him, but he loves her and at that moment he's only glad
to see her alive. Courts-martial can wait.
What did Sharon mean by "we know
more about your religion than you do?" Do they
have access to older literature, or are these more "revelations"
from the Cylon god?
I commented earlier that Six's clothing
coverage might be reflective of her tactics or her plan
at any given moment -- she dressed more conservatively
on Kobol because she was championing motherhood, and
at that point Baltar was in no condition to be seduced
by flimsy dresses. If she was completely naked, was
she revealing something crucial, or making herself vulnerable?
The Starbuck Look was definitely a costume to distract
and rattle Baltar while getting his attention at the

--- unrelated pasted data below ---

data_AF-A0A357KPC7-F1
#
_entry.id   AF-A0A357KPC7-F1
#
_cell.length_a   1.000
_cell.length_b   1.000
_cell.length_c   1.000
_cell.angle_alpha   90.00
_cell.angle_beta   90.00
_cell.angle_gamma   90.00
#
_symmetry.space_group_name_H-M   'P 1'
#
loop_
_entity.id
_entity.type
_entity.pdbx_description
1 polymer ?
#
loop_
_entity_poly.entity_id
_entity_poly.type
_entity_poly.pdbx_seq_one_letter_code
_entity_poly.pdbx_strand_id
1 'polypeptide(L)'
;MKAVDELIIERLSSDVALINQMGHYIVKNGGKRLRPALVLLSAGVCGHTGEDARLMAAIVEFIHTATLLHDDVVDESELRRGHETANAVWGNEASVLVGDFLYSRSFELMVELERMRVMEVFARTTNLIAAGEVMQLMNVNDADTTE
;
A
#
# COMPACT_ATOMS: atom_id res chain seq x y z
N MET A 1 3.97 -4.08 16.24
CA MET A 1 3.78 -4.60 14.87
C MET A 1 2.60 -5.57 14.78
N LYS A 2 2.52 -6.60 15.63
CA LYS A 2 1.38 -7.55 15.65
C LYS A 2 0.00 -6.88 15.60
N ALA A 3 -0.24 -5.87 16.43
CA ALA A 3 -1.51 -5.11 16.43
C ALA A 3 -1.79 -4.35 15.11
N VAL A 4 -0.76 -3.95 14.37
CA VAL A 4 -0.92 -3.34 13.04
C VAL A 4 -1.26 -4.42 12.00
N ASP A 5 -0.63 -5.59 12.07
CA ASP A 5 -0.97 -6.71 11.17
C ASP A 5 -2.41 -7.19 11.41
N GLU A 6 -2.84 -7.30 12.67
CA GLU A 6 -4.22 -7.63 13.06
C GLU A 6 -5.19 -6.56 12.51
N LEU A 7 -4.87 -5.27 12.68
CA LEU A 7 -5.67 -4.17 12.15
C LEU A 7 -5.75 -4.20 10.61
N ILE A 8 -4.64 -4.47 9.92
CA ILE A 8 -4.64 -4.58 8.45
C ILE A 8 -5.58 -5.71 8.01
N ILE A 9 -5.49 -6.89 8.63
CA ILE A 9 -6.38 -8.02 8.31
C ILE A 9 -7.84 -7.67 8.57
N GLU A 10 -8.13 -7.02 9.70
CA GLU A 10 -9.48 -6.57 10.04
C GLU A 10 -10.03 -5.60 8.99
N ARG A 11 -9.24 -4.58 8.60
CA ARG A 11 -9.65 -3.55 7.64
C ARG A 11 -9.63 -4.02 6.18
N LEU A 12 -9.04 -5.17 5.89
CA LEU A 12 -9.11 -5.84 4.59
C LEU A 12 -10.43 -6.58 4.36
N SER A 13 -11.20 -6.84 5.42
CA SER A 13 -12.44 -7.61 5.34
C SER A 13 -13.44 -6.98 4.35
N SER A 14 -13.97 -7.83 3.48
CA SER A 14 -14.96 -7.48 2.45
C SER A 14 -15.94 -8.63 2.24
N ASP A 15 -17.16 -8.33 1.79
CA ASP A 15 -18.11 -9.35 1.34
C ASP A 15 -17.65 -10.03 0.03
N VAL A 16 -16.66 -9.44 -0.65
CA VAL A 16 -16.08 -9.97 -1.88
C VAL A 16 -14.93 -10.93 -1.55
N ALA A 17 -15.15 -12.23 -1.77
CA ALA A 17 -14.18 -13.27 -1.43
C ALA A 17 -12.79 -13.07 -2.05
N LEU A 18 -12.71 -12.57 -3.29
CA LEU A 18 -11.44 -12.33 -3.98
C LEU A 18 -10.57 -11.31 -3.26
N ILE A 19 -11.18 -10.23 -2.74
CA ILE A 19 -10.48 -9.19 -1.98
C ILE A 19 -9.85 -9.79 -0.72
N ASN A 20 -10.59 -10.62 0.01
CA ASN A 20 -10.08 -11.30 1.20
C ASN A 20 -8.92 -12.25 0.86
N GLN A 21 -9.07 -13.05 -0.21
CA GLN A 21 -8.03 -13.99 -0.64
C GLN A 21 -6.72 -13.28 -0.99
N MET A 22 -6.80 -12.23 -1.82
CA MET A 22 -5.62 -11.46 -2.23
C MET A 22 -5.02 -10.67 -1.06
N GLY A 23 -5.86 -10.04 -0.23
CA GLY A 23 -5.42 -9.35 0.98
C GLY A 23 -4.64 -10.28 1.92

same time. (and kudos to Makeup and Wardrobe for such
a frighteningly good job. I did a real double-take;
for a moment I thought Six had actually changed faces!
Kudos also to Helfer, who mimicked Sackhoff's delivery
and mannerisms beautifully.) He announces that Six (the
Siren) is no longer his fantasy woman, but brings up
Kara again, so Six changes to look like Kara until he
rejects the idea that the Kara-Six image represents.
When she shows up as the Siren again, he's ready to
re-accept the message which goes with that look, and
so she reclaims her position as his ideal.
She's still rampaging with doubletalk,
though. I'm a woman, I'm a Cylon, I'm a chip in your
head, I'm your psychotic guilt manifesting itself, I'm
a guardian angel. No wonder Baltar is trying to chuck
it all and walk away. I hardly believe anything she
says any more. I'm still thinking he has an implant.
She deliberately encouraged him to get a brain
scan. What if the chip is somewhere else?
Speaking of other sleeper or hidden agents,
note that Billy was the only one to be whisked to Starhenge